Stewart Parnell, former president of Peanut Corporation of America, the now-bankrupt firm responsible for a nationwide Salmonella outbreak that sickened hundreds and killed 9 last year, is back in the peanut business.
Multiple news outlets reported yesterday that Parnell is now working as a consultant to peanut companies as the federal government’s criminal investigation against him has made little or no progress. A year and a half into the investigation, which is reportedly ongoing, no charges have been brought against Parnell or his colleagues at PCA.
Notorious in food safety circles for pleading the Fifth before Congress in February 2009, Parnell told a national wire service yesterday: “They just say we’re still investigating. I feel like I wish they’d come on and do what they’re going to do. I’d like to get this behind me.”
A Congressional investigation in 2009 revealed emails that appear to indicate Parnell’s company knowingly shipped Salmonella-contaminated peanut products into commerce. FDA investigators found decrepit conditions at the two PCA facilities tied to the outbreak.
“Based on my review of the evidence, there should be a criminal prosecution here,” said Senator Amy Klobuchar (D – MN), a former prosecutor, when the criminal probe was announced. If Parnell is charged and found guilty, she said, “I would hope that he would go to jail.”
Many victims of the outbreak, including families who lost loved ones, are angry about the lack of criminal charges. Earlene Carter, whose mother died from a Salmonella infection, told Food Safety News she won’t be satisfied until Stewart Parnell is behind bars.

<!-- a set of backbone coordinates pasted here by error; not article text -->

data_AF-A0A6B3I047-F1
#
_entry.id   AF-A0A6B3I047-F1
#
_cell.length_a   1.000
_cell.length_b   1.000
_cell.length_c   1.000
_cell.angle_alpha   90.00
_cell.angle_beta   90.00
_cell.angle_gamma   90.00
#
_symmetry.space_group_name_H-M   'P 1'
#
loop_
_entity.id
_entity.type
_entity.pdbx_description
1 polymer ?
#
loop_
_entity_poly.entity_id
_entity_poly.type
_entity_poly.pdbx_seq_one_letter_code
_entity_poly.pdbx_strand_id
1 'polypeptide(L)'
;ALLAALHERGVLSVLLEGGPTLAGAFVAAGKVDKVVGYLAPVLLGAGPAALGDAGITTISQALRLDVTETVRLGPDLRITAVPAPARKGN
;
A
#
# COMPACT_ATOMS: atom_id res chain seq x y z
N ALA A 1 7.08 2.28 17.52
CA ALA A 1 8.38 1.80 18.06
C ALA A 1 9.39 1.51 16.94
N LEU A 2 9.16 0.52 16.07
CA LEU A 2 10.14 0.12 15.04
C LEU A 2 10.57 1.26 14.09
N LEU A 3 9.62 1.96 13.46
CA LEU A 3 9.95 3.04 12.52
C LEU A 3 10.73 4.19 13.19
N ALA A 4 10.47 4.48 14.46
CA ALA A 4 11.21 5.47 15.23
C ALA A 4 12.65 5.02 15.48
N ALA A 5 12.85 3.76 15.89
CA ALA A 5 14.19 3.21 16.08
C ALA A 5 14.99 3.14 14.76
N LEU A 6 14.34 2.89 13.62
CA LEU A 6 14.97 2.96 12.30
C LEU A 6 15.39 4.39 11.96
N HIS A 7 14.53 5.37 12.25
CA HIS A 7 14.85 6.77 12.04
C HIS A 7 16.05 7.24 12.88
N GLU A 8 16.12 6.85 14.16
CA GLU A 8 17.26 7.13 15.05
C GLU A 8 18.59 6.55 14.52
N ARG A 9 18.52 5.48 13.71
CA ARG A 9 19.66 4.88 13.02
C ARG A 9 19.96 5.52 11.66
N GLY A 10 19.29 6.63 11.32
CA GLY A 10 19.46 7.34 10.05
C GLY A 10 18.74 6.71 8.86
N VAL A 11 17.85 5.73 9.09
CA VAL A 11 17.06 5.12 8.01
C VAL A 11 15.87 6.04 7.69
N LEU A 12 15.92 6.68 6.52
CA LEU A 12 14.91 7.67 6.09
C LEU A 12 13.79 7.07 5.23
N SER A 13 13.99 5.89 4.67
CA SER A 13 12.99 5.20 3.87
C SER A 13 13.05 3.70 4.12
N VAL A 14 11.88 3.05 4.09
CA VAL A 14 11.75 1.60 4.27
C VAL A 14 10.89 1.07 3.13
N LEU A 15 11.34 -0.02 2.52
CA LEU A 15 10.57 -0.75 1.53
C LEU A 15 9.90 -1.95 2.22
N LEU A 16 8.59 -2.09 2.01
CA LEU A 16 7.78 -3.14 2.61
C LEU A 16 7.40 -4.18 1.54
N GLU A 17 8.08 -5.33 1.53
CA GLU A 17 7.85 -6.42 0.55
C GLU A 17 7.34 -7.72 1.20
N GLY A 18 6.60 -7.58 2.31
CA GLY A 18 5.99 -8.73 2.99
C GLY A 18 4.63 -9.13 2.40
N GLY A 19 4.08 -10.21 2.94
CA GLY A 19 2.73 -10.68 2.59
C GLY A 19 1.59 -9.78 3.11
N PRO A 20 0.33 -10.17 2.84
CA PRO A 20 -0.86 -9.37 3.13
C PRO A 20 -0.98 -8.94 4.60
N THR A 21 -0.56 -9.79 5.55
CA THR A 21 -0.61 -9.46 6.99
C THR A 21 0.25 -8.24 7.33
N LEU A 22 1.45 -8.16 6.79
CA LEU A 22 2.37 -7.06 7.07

“He should face the consumers under criminal law–not civil–to answer for the crimes he committed,” she said. “After depriving families of their loved ones–who are gone too soon–he should not be shielded. This should never happen again.”
In late August, a federal judge recommended the approval of a $12 million settlement to compensate the most seriously ill victims and their families. The settlements reportedly include $2 million for a West Virginia man and almost $1 million for the family of an Alabama woman. Most of the claims are for less than $100,000.
Vermont resident Gabrielle Meunier, whose 7-year-old son was hospitalized for 6 days after eating contaminated peanut butter, says the $12 million agreement for all the victims is inadequate.
“I feel that the $12 million insurance policy allotted to the victims was not nearly enough,” said Meunier in an email response to Food Safety News. “I feel that a company distributing that amount of food and food products should have had a minimum $50 million policy that could be solely allotted to victims of gross negligence.”
“CEOs and owners of large food companies that distribute their products nationwide need to be held personally accountable for the safety of their food,” added Meunier. “Due diligence in food safety is imperative and they need to understand that they will be held accountable and criminally liable for anything less than this.”